Napoleon's Russian campaign
An even heavier burden followed when Napoleon began his Russian campaign and again demanded around 6,700 men from Baden. Apart from a battalion posted to the imperial headquarters, the Baden contingent under Major General Wilhelm von Hochberg formed a brigade in Marshal Victors IX. Corps. The corps was concentrated in Tilsit and spent there August 1812. Diseases and the unfamiliar weather with its rapid changes afflicted the soldiers and reduced the strength of the corps by around a sixth even before they left. The corps finally marched on August 30, via Vilna (September 8) and Minsk (September 15) on September 28 to Smolensk . On October 31, the Baden Brigade fought in the Battle of Tschaschniki and lost 20 men to death and wounding. In the following days there were further skirmishes between the IX. and II Corps of the French Army and Wittgenstein's Russian Army , which tried to stab in the rear of the main French army retreating from Moscow.
The corps then also withdrew during fighting in retreat, on November 26th it met the remnants of the army coming from Moscow near Borisov . The strength of the Baden Brigade was still 2,240 men and thus around a third of the original force. On November 28th the battle of the Berezina broke out , in which the IX. Corps east of the river facing the Wittgenstein Army. The Baden Brigade was west of the river at this time, but was ordered back to the corps early in the morning, and there was already great confusion at the river crossings. The Baden Brigade then formed the right wing of the IX. Corps, their position ran from the Berezina to Studjanka . In fierce fighting, the infantry managed to repel the Russian attacks. The losses were very high, more than 1,100 men were dead or wounded, the brigade was only around 900 men strong after the end of the fighting. The Baden hussar regiment, reinforced by Hessian Chevaulegers , dispersed a Russian infantry column and took 500 prisoners, but was then wiped out by Russian cuirassiers. It lost most of its officers and around 150 soldiers and was then only a few men strong. After this bloody battle of retreat, the IX. Corps crossed the Berezina on the morning of November 29 and destroyed the bridge behind them.
The Baden Brigade continued to function as the rearguard of the army. Further battles and, above all, the extreme cold claimed more and more victims. Wilhelm von Hochberg later wrote:
“December 7th was the most terrible day of my life. At 3 o'clock in the morning the marshal ordered the march to go; the cold had risen to the limit - when the signal was to be given, the last reel had frozen to death. I went to the individual soldiers and told them the courage to get up and collect themselves, but all the effort was in vain, I could barely get 50 men together, the rest of 2-300 men lay dead or half frozen on the ground. "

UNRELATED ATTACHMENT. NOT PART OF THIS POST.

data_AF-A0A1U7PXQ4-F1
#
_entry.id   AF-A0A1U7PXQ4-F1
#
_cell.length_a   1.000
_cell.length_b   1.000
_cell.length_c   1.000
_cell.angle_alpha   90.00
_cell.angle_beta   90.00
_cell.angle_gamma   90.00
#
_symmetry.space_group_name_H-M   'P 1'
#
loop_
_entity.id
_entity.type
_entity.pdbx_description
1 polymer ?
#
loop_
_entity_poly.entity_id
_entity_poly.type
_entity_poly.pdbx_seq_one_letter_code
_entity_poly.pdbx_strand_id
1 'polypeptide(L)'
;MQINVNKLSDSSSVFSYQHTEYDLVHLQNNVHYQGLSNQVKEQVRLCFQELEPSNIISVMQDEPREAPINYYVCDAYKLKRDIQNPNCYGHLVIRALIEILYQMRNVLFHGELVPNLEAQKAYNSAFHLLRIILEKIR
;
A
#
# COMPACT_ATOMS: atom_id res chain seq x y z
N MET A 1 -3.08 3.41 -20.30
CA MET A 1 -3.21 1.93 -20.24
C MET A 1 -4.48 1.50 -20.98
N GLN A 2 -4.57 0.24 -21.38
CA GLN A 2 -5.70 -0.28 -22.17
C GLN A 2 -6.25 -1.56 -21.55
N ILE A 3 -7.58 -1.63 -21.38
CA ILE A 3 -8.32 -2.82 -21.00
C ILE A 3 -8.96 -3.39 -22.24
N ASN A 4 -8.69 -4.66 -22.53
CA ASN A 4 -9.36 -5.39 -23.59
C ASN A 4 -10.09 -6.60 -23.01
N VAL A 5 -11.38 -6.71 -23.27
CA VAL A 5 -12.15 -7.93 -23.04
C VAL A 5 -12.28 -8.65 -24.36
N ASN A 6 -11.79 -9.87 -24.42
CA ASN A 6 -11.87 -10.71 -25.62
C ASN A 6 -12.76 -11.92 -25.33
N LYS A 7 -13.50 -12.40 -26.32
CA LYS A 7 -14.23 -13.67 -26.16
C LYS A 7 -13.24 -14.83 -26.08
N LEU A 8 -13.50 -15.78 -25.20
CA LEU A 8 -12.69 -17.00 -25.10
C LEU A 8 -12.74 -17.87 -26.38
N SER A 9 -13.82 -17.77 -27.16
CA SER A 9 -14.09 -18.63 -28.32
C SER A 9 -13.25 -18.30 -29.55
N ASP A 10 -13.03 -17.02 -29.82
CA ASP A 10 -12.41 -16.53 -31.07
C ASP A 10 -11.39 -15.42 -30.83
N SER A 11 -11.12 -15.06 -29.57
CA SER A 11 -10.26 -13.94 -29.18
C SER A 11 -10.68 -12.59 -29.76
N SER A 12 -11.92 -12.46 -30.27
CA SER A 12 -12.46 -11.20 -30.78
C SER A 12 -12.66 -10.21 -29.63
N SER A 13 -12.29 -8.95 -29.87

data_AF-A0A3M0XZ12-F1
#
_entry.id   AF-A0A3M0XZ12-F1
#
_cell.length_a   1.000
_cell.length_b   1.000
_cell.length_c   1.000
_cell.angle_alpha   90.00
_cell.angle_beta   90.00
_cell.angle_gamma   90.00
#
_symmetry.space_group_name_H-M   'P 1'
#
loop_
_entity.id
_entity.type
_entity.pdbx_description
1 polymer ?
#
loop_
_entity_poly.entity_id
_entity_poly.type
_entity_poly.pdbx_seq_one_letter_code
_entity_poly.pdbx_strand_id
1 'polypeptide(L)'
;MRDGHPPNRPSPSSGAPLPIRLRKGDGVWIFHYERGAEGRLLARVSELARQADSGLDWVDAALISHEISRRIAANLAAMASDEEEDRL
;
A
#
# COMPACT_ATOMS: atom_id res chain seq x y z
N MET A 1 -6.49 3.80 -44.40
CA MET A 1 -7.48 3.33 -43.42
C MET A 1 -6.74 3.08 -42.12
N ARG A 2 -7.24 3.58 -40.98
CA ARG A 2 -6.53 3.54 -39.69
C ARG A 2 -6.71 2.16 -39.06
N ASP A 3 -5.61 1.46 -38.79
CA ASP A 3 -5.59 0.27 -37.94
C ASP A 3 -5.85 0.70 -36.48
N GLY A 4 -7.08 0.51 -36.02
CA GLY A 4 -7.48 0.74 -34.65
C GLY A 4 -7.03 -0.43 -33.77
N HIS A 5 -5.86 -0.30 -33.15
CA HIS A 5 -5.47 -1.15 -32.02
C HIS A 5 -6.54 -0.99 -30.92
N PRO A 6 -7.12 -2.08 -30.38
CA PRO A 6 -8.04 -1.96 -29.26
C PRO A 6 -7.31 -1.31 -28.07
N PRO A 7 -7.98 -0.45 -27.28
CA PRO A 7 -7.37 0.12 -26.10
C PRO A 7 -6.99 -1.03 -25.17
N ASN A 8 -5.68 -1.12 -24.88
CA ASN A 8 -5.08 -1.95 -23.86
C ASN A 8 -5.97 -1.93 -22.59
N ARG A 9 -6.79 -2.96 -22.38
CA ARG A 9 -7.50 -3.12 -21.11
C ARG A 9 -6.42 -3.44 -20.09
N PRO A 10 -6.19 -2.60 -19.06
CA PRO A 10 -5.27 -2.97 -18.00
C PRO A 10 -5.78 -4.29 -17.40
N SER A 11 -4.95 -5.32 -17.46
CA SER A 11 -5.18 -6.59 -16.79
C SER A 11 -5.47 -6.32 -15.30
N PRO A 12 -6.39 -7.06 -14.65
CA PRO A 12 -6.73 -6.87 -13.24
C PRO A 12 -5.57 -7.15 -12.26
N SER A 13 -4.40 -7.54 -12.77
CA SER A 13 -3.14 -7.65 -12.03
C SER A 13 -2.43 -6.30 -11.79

The brigade was combined into one regiment, which arrived in Vilnius on December 8, 1812 and was still around 400 men strong. In total, Napoleon's Russian campaign cost the lives of more than 6,000 soldiers from Baden. Became famous as a result of in Bretten born Schneider Franz Anton Egetmeyer , which as a tailor in Penza had settled and took care of there at Baden prisoners of war. The story of the “Schneider in Penza” was also taken up in 1815 by Johann Peter Hebel in the form of a calendar story .
Wars of Liberation
The remnants of the Baden Brigade were reinforced in Glogau by 1,200 men and defended there against Russian and Prussian troops. Additional troops were raised who took part in the spring campaign of 1813 and fought, among other things, in the Battle of Großgörschen . A second brigade was set up from August, so that the Baden contingent in Napoleon's army now comprised two brigades with around 7,000 men. Together with the troops still standing in Spain, the Baden army looked like this in 1813:
|Four line infantry regiments||The Garde du Corps||A battalion with 3 foot batteries and one cavalry battery|
|The Life Grenadier Guard||Two regiments of dragoons|
|A light infantry battalion|
In the autumn campaign of 1813 , the two Baden brigades fought in Marshal MacDonald's XI. Corps in the Battle of the Katzbach and in the Battle of the Nations near Leipzig . As with the Beresina, it was up to them to cover Napoleon's retreat after the defeat at Leipzig. The Baden infantry refused to overflow and were taken prisoner in Prussia, from which they were soon released after the Grand Duchy broke away from Napoleon and switched to Austria, Prussia and Russia on November 20, 1813. The Landwehr and Landsturm were set up based on the Prussian model , and the introduction of general conscription in December 1813 enabled a total of 16,000 men to be mobilized. Reinforced by Liechtenstein and Hohenzollern troops, it formed the VIII Army Corps. Under the orders of Wilhelm von Hochberg, it besieged the French fortresses of Kehl , Strasbourg , Landau in the Palatinate and Pfalzburg and returned to Baden in June 1814. An exception was the body grenadier battalion, which fought together with the Prussian-Russian Guard Corps in the Battle of Paris and entered the city on April 1st. During the rule of the Hundred Days , a field division had to be raised again, but it did not take part in any combat operations.
German Confederation until the Baden Revolution
The Baden Army in the Federal Army